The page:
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GDPR and what it means for you

You’ve probably received notifications about the new General Data Protection Regulation (GDPR) going into effect in the European Union (EU).   As of May 2018, rules will be put into effect for organizations that do business with, and have data on, EU entities, which could be compromised or abused.  GDPR seeks to establish one set of rules that all countries within the EU can apply to its members, as well as organizations outside the EU that touch this data.

There are a number of requirements that have to be met in order to comply with GDPR. How it applies to your specific situation will vary dramatically.  


Here are a few ways to determine your role in GPDR:


  1. What kind of data do you work with? We are finding that even some smaller businesses interact with European entities, so it’s important to define internally what you will be responsible for.


  1. Establish where your organization stands as it pertains to the actual rules in GDPR. The good news is that a lot of what is required in the GDPR is not dramatically different than what you might find in domestic privacy rules regarding information such as HIPAA, PCI or DFARS. 

    These rules define a piece of data subject to regulation, like Personal Health Information in the case of HIPAA, and then set a series of standards regarding privacy, portability, consent, and so on. 

    So if your organization already has a solid data management strategy that considers regulations like these, you are probably fairly well positioned to meet the GDPR, even if a few changes are required to your posture.


  1. Perform an assessment. If this is the first time you are confronting compliance challenges, then it would be wise to do an assessment to:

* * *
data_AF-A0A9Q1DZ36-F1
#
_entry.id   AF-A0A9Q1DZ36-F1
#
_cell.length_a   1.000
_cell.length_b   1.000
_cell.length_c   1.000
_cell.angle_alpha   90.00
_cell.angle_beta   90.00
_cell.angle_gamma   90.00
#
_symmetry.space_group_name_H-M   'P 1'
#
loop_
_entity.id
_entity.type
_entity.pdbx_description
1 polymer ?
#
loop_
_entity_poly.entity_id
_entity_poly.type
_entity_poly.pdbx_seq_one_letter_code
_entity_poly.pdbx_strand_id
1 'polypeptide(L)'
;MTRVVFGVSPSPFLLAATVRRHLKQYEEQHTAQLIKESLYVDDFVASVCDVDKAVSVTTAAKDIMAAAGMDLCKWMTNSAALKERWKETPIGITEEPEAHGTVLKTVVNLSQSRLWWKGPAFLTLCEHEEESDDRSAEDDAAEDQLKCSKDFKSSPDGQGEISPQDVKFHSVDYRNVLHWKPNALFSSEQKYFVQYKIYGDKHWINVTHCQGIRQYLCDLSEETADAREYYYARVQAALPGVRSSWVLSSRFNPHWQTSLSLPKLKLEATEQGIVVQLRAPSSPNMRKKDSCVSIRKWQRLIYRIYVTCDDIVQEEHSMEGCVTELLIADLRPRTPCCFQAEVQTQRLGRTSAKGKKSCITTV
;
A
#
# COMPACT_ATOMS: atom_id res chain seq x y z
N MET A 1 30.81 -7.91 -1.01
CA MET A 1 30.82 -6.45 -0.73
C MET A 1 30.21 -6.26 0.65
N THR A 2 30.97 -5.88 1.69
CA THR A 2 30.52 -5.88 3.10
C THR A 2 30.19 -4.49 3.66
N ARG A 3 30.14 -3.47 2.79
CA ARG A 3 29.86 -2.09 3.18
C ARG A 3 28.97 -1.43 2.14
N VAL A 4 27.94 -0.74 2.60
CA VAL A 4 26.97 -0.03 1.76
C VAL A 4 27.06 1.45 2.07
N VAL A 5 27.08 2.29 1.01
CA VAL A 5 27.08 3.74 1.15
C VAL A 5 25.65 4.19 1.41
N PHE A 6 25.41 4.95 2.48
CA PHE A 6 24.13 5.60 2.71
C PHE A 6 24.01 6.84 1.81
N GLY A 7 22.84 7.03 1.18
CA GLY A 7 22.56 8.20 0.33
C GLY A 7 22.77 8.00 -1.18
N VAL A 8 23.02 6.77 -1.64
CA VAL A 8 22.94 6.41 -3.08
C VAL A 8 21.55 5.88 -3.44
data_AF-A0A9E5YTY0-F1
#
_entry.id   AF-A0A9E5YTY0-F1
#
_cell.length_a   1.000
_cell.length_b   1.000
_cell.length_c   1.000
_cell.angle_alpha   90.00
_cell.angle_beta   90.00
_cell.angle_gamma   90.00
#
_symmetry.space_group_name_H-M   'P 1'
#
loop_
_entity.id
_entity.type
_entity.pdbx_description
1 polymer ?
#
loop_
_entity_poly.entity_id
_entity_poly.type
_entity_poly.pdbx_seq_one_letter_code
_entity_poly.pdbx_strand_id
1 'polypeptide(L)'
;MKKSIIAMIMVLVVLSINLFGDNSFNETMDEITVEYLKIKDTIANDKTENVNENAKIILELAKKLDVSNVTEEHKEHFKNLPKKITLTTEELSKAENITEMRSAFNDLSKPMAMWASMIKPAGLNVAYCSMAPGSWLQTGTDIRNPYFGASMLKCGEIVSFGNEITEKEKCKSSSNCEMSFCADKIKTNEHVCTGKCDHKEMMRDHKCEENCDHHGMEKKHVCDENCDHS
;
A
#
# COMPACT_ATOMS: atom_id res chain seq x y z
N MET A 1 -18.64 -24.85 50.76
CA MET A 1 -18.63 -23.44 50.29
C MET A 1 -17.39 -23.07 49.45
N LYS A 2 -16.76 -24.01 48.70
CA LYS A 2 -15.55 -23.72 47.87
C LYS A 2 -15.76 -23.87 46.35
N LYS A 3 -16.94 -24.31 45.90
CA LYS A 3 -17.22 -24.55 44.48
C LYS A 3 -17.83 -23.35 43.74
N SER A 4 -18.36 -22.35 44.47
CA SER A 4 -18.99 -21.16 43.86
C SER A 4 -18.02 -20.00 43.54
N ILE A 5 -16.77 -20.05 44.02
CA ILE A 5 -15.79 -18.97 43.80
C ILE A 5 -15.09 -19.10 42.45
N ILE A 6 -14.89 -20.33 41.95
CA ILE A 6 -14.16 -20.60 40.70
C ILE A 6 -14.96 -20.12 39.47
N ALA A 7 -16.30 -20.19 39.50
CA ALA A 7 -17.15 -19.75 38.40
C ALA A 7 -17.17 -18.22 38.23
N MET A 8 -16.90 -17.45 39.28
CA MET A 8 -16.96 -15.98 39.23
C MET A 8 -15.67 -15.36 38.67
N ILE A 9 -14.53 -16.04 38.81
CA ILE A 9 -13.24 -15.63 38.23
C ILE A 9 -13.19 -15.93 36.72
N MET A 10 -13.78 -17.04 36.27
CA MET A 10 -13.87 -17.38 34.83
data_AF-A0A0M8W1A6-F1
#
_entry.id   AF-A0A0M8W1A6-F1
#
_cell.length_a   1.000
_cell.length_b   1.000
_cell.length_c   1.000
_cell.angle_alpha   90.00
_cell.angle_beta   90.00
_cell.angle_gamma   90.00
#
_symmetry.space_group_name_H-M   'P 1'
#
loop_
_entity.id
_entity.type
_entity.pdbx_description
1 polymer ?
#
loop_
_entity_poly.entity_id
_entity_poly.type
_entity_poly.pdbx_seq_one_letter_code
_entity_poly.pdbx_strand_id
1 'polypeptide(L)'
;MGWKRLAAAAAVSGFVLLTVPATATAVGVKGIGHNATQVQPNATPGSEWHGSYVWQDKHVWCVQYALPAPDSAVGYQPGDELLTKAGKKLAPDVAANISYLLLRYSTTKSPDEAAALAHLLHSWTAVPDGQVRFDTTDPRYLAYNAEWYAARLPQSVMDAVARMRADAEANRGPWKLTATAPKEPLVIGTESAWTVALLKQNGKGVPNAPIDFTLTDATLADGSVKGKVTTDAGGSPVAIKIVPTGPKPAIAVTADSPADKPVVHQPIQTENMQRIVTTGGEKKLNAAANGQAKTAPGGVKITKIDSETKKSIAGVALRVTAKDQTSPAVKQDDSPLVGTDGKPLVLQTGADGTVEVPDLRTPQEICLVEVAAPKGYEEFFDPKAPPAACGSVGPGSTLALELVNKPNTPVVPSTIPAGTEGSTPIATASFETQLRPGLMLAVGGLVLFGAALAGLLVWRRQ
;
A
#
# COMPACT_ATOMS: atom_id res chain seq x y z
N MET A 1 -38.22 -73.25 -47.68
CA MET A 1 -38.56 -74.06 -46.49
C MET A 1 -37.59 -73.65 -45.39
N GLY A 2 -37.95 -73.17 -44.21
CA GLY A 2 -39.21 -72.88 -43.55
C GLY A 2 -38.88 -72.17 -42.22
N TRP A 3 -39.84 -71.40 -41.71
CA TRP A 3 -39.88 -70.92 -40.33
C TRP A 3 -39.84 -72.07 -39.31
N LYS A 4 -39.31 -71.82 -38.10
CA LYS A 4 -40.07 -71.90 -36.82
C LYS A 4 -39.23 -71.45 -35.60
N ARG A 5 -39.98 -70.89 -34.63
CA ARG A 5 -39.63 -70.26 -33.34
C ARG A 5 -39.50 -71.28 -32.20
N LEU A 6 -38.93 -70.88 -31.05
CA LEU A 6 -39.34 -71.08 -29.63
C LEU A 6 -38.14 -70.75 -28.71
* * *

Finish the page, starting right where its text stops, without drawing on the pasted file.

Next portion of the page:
a. Define the areas in which GDPR relevant data exists and flows throughout your organization.

    b. Evaluate the protection of this data, as well as the rules surrounding staff use. 

    After the assessment, you can develop a remediation plan to address any shortcomings.  Moving forward, data protection and management should just be a normal part of your decision making and management process, and then challenges like GDPR and other regulations will not seem like a hurdle.


Regardless of GPDR, every organization that handles protected information should come up with a security management and assessment process, and continue that discipline moving forward. 


By developing a reasonable strategy now, regardless of the specter of the law which could change or surprise you, you can get ahead of the game. When it comes to data protection, it’s always best to exercise due diligence now before someone else demands it without your preparation.


If you would like to discuss your concerns with GDPR and other data protection issues, please contact us.